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Nature or Nurture – and Eureka!

You hear ever again the argument: is nature or nurture the most important influence in childhood, or is it both? Yes, of course both are important, and the more research that is done the more we find how much the environment a child grows up in, not just physical but even more important emotional, will influence the child for life. Yet something important is still missing.

In a roundabout way, it provided me with inspiration for writing about the ‘third year’ in early childhood (in previous blogs I have written about the first two years). It came together with something else:

We’ve all had such experiences: sudden thoughts, inspirations, helping us find a solution to something. It turns out the Eureka moments have greater insight and accuracy than lengthy analysis*. A puzzle – it would seem to contradict our modern rational order of things! Something inexplicable happens – something new enters. Continue reading Nature or Nurture – and Eureka!

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A Minimalist Approach to Toys

The words minimalism and toys are rarely put together, instead, when we think of our children’s playthings some more appropriate words may be clutter, spreading, jumbled, vast, or even just “AAAGH, they’re everywhere!”

We live in a world that prizes possessions and puts huge value on the giving and receiving of material goods. Toys are considered educational, stimulating and above all necessary, and as such most children have an ever growing collection of their own.

We certainly have our fair share of toys in our home too, and I definitely do see the benefits they can bring to a child’s world, but in this article I want to talk about the benefits of de-cluttering and taking a minimalist approach to the toys you keep in your home.


A Calmer Environment

Fewer toys equals less clutter and leads to a calmer environment, both for the parent and the child. This in turn leads to less stress, fewer disagreements over mess and tidying up, fewer lost parts and an increased feeling of serenity. And who doesn’t want more of that?

More Engaged and Focused Play

When there is a mountain of toys to choose from, children can become totally overwhelmed and this can lead to unfocused play. Pulling out box after box, tipping the contents out aimlessly without stopping to explore the resource, and flitting from one thing to the next with no real sense of purpose. When you cut down the “stuff” there is so much more opportunity for focused and engaged play, and this is where learning and development really come in to their own.

More Quality Resources

When you are making a choice to have fewer toys, you will likely put far more thought into which ones you decide to keep. Toys which are going to last longer and that your child is going to get the most out of are likely to be those which make the cut. Open ended resources made with quality natural materials are a great way to get endless hours of play from one item. And when you buy less overall, you can pool your funds and put them towards something that little bit more special.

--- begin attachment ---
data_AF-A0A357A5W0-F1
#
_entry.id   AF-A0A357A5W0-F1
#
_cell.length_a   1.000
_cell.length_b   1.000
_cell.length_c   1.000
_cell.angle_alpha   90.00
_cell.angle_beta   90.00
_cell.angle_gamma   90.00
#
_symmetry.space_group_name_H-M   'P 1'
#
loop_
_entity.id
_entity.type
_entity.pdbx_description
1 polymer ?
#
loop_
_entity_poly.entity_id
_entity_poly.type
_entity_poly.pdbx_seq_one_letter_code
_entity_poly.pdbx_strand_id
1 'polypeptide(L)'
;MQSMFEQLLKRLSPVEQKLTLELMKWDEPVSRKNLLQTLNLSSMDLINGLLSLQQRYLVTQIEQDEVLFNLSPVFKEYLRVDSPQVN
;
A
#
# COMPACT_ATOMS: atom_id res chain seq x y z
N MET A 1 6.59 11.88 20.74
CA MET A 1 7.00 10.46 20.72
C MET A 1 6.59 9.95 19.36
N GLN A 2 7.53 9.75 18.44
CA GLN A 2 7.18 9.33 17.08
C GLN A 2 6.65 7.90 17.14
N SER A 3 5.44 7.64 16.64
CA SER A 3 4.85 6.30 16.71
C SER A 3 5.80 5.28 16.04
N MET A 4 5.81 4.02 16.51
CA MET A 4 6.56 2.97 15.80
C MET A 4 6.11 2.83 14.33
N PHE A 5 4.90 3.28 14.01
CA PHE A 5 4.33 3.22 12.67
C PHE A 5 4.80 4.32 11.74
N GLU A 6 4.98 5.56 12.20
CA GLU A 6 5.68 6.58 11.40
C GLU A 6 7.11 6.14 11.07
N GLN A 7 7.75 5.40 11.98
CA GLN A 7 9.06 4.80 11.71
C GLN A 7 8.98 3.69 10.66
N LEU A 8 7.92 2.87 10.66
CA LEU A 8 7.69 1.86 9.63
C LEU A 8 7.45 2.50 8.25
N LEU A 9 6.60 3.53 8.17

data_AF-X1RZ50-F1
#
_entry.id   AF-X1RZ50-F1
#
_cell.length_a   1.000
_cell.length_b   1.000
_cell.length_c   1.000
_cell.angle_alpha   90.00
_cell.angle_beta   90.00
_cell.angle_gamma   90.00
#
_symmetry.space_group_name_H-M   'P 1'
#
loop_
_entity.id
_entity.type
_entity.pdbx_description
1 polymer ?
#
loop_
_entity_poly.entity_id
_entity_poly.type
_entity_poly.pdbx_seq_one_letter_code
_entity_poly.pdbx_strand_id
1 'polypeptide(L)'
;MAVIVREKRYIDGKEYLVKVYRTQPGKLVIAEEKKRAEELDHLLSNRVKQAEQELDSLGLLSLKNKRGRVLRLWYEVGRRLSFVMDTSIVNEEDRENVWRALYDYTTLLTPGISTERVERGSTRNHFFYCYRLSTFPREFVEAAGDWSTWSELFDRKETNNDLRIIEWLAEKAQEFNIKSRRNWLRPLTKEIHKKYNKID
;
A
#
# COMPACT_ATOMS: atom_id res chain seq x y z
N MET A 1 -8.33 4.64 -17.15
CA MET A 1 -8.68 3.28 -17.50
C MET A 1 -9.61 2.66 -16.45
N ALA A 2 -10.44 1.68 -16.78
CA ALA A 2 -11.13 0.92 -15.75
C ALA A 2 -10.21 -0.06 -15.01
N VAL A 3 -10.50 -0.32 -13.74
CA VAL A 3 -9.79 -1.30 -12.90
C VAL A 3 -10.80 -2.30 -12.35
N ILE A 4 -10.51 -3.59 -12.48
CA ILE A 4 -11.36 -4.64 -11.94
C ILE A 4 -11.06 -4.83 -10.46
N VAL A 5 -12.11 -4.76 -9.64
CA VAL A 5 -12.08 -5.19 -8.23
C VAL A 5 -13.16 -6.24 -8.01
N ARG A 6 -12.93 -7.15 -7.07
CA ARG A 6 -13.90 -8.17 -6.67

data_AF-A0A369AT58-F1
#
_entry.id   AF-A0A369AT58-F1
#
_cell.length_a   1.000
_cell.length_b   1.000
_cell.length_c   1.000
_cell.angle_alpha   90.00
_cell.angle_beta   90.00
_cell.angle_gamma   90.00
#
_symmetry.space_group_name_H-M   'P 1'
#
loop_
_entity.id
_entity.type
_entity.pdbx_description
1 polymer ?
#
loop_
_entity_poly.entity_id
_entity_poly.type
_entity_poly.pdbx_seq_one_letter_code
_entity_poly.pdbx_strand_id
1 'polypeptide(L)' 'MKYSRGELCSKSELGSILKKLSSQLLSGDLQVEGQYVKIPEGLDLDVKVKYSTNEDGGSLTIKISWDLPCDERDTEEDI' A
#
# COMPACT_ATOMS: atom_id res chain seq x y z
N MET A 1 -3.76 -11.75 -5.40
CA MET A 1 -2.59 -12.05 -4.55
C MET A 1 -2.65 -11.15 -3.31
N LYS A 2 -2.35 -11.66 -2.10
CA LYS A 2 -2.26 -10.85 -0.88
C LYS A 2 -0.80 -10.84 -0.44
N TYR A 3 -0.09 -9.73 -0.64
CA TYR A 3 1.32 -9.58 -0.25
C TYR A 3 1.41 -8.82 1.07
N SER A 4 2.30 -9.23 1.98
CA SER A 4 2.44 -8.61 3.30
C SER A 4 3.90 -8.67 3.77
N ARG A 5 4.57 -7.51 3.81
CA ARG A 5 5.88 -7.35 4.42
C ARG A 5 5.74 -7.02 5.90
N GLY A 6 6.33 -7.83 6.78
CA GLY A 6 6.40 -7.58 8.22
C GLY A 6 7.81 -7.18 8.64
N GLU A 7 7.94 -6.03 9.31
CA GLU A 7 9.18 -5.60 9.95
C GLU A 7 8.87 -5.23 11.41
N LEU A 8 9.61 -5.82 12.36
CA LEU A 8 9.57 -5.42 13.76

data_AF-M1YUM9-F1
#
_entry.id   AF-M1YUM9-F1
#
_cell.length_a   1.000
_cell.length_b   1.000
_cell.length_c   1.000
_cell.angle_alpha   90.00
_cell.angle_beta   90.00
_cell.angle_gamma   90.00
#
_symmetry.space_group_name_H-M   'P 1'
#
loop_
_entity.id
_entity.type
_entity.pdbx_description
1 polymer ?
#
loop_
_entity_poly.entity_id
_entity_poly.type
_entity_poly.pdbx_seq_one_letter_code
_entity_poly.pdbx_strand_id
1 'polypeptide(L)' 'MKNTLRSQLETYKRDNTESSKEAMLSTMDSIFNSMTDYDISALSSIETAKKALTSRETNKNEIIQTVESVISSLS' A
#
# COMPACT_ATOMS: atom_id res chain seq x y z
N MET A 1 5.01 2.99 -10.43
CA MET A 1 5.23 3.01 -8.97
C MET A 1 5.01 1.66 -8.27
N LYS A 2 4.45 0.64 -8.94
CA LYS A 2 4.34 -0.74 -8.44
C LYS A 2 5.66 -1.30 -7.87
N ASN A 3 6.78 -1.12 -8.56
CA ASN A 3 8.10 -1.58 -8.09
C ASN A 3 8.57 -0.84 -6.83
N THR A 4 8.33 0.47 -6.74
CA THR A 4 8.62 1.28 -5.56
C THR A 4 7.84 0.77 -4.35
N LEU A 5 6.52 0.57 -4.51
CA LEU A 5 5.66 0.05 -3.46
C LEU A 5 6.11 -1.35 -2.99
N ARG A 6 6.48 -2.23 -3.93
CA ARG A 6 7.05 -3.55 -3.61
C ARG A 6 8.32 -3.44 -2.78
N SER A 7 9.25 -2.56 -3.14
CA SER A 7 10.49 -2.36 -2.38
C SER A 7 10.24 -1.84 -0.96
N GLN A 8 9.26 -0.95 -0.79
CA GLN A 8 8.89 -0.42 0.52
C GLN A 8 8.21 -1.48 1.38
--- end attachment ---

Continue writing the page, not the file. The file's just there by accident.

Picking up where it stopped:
Fewer Disputes Between Children

You may think that fewer toys will lead to more arguments between siblings, but the reality is that the opposite is actually true. With fewer objects to argue over, along with the resulting calmer environment, children have less reason to fall out with each other and play becomes far more harmonious and cooperative.

Greater Levels of Imaginative Play

When a child is presented with a simple resource, such as a basket of wooden pegs or a cardboard box, they are challenged to use their imagination to create their own play experience. They have to decide what the peg will become and create a story around it, which is just what children do best! When they are given a toy which does it all for them at the push of a button, their imagination is not triggered to quite the same extent. Instead they fall into passive play which is far less enriching and valuable. Imaginative play feeds the mind, enables children to explore their world safely, play out frustrations and fears, work though strong emotions, test boundaries and be in control of their own world. A simple, uncluttered environment is perfect for encouraging imaginative play.

To a child, everything has the potential to become a toy. It doesn’t have to be complicated, noisy, flashy or brightly coloured in order to capture their interest and engage them in play. They don’t need endless boxes of different toys to play with. Sometimes it really is the simple things that are the most well used and loved. Our favourites are good old wooden blocks, a bowl of rice or lentils with a selection of jars and spoons for scooping, a stick and some mud and of course the unlimited environment of the great outdoors – Surely the greatest playground of all?


©photo by James Young is licensed under CC BY-NC-ND 2.0


Sam Vickery is the author of Trust Me I’m a Toddler a guide to parenting gently and peacefully through the toddler stage. Follow her blog at Love Parenting to get her latest articles on Natural Parenting straight to your inbox and start creating a family life you adore!


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